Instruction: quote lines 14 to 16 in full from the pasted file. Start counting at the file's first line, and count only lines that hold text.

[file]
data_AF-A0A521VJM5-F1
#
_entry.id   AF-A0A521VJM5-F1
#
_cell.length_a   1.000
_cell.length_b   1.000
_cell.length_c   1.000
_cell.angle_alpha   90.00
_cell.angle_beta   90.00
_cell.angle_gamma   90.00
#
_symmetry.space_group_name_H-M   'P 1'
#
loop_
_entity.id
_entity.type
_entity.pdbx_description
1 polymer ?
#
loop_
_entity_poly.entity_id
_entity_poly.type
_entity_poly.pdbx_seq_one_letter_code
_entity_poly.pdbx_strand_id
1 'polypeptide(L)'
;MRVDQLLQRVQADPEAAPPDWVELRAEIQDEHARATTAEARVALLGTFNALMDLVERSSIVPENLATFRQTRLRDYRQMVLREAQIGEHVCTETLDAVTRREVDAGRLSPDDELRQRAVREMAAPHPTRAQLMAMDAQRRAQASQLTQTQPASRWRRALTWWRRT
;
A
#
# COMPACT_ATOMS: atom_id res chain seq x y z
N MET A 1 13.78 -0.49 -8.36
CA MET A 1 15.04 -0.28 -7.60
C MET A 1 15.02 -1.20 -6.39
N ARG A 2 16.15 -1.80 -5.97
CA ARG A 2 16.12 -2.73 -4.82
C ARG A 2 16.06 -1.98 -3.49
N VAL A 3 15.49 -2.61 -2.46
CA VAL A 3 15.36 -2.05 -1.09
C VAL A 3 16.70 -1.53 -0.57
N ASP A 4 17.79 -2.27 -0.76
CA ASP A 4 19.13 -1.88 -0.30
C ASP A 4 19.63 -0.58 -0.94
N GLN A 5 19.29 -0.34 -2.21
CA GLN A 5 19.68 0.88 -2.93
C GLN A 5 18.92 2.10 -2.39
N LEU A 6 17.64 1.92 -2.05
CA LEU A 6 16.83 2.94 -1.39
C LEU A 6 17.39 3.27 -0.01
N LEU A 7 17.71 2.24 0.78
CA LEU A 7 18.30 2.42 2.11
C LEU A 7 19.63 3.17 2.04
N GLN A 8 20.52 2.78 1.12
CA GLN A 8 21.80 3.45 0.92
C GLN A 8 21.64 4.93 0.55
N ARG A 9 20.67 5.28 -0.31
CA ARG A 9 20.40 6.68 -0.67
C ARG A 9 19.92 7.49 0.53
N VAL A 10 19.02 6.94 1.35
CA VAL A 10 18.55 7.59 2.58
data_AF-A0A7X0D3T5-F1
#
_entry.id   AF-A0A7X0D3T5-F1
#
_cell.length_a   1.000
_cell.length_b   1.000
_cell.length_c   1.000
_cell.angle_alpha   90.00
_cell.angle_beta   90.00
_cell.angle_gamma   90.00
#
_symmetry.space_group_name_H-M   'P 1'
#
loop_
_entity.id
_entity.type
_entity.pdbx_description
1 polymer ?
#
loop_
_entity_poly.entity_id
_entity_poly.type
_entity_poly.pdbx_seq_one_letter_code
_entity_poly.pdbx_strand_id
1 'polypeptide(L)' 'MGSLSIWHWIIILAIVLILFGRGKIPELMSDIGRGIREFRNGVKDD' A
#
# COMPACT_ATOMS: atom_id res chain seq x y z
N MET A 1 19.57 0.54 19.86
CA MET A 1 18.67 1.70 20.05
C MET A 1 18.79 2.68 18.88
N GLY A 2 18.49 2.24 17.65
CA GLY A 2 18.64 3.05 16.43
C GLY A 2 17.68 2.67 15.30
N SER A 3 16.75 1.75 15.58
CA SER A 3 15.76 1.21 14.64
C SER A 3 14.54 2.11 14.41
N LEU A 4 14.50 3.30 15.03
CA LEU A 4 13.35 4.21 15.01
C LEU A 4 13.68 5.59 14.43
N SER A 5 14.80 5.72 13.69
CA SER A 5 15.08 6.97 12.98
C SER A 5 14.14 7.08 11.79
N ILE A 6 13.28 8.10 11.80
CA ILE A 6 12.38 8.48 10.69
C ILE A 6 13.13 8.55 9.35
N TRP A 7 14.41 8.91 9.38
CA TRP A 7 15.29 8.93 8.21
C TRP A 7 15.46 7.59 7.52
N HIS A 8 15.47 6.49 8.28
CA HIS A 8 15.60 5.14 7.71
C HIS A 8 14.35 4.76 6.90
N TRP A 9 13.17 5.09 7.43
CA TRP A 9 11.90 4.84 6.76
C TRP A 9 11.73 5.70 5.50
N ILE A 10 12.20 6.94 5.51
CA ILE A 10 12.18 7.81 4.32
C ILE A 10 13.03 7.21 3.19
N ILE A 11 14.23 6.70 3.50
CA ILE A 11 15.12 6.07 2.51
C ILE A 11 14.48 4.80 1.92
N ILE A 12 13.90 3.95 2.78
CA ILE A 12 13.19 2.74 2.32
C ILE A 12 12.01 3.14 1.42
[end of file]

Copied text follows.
loop_
_entity.id
_entity.type